A discrete update operation is optionally used together with the optimization. This involves using the continuous optimization as mentioned above to update both the pose and the correspondences together, and then using a discrete update to re-set the values of the correspondences using the captured sensor data. The discrete update allows the correspondences to jump efficiently from one part of the object surface to another, for example, from one finger-tip to the next.

FIG. 6 illustrates various components of an exemplary computing-based device 600 which are implemented as any form of a computing and/or electronic device, and in which embodiments of a ground truth engine is implemented in some examples.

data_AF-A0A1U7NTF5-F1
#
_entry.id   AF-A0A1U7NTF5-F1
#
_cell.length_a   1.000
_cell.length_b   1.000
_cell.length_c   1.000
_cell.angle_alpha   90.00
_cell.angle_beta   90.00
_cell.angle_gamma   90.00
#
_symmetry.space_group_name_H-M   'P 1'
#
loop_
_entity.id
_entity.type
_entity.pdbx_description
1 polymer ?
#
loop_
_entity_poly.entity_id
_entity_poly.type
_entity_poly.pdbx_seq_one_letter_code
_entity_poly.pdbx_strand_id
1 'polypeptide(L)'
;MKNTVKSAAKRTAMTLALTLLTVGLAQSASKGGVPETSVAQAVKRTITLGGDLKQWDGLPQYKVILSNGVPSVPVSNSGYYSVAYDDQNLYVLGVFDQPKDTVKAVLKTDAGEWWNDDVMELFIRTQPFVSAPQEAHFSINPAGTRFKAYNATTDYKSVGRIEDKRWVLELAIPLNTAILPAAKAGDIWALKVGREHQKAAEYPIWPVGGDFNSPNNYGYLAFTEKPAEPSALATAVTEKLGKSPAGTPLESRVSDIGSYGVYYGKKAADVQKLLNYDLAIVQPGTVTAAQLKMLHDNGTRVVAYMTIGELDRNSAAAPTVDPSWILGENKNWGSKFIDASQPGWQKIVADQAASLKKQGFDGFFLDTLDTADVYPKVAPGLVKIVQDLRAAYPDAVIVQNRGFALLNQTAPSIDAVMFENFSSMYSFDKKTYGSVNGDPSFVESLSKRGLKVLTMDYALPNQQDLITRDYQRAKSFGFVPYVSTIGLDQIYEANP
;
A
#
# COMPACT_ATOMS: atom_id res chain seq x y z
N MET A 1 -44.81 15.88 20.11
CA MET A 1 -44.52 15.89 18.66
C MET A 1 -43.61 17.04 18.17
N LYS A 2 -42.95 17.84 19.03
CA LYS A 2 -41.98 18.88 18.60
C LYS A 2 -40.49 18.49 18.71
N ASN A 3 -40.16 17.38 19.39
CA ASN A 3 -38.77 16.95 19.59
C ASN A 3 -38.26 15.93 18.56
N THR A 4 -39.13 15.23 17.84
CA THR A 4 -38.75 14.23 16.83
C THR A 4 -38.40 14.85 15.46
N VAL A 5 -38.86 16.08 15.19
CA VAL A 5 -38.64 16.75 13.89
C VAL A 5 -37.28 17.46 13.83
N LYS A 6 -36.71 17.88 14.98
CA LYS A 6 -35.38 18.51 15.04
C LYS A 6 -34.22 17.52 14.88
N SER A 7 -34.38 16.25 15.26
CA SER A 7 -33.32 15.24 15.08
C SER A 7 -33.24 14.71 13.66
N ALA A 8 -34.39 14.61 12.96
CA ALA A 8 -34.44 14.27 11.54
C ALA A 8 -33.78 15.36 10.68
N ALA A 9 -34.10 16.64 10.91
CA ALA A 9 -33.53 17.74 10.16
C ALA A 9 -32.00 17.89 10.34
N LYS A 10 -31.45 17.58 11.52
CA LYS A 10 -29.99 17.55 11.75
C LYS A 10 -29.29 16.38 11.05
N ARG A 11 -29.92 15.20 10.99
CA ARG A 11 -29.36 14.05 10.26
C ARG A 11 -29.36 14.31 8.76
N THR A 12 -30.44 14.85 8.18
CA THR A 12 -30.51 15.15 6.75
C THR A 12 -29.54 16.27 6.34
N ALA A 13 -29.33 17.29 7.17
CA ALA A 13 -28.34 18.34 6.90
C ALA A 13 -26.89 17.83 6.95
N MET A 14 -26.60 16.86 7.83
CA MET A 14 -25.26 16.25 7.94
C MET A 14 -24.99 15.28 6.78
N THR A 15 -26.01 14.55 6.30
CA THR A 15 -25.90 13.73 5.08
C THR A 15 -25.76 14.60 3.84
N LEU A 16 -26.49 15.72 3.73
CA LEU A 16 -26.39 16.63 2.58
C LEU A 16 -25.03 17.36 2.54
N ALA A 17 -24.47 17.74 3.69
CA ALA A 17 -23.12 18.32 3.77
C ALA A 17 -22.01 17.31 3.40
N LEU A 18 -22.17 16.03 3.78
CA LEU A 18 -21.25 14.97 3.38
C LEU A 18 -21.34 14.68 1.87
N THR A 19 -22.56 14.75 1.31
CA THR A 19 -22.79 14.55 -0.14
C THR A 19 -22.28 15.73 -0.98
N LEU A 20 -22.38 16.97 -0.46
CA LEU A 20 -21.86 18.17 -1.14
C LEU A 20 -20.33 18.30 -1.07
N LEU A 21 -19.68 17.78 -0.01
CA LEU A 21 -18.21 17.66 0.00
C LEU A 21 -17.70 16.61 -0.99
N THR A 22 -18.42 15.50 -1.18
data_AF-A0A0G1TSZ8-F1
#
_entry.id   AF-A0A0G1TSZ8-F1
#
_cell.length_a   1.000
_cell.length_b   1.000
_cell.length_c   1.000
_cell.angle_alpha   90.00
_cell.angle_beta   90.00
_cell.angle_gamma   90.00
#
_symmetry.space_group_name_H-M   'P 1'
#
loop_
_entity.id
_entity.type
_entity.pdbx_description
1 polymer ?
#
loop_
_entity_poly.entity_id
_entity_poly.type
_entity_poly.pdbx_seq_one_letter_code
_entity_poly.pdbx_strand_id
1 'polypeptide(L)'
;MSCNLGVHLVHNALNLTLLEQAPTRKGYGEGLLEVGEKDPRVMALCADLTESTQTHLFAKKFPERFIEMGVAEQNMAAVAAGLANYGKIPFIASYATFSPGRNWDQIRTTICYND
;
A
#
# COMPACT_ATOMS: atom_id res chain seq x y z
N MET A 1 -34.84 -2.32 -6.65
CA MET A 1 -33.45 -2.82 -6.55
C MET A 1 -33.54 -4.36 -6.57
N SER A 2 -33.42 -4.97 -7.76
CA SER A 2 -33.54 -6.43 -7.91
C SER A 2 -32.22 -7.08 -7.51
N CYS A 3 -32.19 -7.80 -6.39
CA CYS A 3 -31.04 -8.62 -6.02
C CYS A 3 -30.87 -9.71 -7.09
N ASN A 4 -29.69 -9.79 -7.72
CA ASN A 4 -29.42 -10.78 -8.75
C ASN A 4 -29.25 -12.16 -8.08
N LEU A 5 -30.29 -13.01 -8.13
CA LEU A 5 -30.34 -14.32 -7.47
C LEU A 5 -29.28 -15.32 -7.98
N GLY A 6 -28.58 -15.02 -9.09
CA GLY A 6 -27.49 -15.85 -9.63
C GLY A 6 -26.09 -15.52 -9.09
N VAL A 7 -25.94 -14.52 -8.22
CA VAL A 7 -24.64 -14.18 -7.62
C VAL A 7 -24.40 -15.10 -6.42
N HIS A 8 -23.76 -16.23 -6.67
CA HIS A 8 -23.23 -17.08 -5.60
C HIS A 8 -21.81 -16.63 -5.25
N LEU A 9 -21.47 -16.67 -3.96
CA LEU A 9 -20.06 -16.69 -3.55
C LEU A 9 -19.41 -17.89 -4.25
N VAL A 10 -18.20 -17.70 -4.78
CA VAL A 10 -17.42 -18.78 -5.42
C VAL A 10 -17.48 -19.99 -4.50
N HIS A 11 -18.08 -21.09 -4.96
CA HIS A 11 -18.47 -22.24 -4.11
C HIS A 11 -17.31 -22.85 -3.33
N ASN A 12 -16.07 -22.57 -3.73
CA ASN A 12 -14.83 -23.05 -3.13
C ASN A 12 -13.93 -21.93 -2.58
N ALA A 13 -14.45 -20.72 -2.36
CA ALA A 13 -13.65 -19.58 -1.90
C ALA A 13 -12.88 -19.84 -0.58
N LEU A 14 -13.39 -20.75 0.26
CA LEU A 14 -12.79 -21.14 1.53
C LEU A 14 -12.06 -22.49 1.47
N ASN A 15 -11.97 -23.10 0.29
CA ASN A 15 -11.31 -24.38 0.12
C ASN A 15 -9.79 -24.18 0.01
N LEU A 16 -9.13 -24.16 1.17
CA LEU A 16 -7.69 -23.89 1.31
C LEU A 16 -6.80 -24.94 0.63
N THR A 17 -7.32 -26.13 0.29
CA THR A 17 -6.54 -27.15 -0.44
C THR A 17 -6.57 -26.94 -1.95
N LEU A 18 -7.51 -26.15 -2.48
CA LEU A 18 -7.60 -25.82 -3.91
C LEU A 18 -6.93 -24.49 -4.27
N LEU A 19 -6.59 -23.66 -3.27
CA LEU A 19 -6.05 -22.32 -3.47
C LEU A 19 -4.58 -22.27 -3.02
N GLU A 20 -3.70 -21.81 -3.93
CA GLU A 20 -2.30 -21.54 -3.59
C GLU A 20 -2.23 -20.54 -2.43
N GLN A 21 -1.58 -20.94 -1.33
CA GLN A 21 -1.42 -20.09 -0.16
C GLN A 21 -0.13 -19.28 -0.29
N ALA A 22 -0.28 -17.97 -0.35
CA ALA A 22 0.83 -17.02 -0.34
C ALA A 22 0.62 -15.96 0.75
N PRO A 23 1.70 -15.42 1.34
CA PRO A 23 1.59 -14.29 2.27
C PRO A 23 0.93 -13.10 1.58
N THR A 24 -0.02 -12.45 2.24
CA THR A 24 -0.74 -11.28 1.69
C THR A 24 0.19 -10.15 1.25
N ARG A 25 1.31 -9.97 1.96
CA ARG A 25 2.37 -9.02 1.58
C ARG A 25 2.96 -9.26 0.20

Computing-based device 600 comprises one or more processors 602 which are microprocessors, controllers or any other suitable type of processors for processing computer executable instructions to control the operation of the device in order to train a compressor and/or to use a trained compressor at test time. In some examples, for example where a system on a chip architecture is used, the processors 602 include one or more fixed function blocks (also referred to as accelerators) which implement a part of the method of FIGS. 2A, 2B, 4 and 5 in hardware (rather than software or firmware). Platform software comprising an operating system 604 or any other suitable platform software is provided at the computing-based device to enable application software to be executed on the device, such as a pose tracker. The computing-based device 600 comprises a ground truth engine 608 and a stored 3D model of an articulated item. The computing-based device 800 is optionally in communication with cloud computing resources such as via communication interface 618.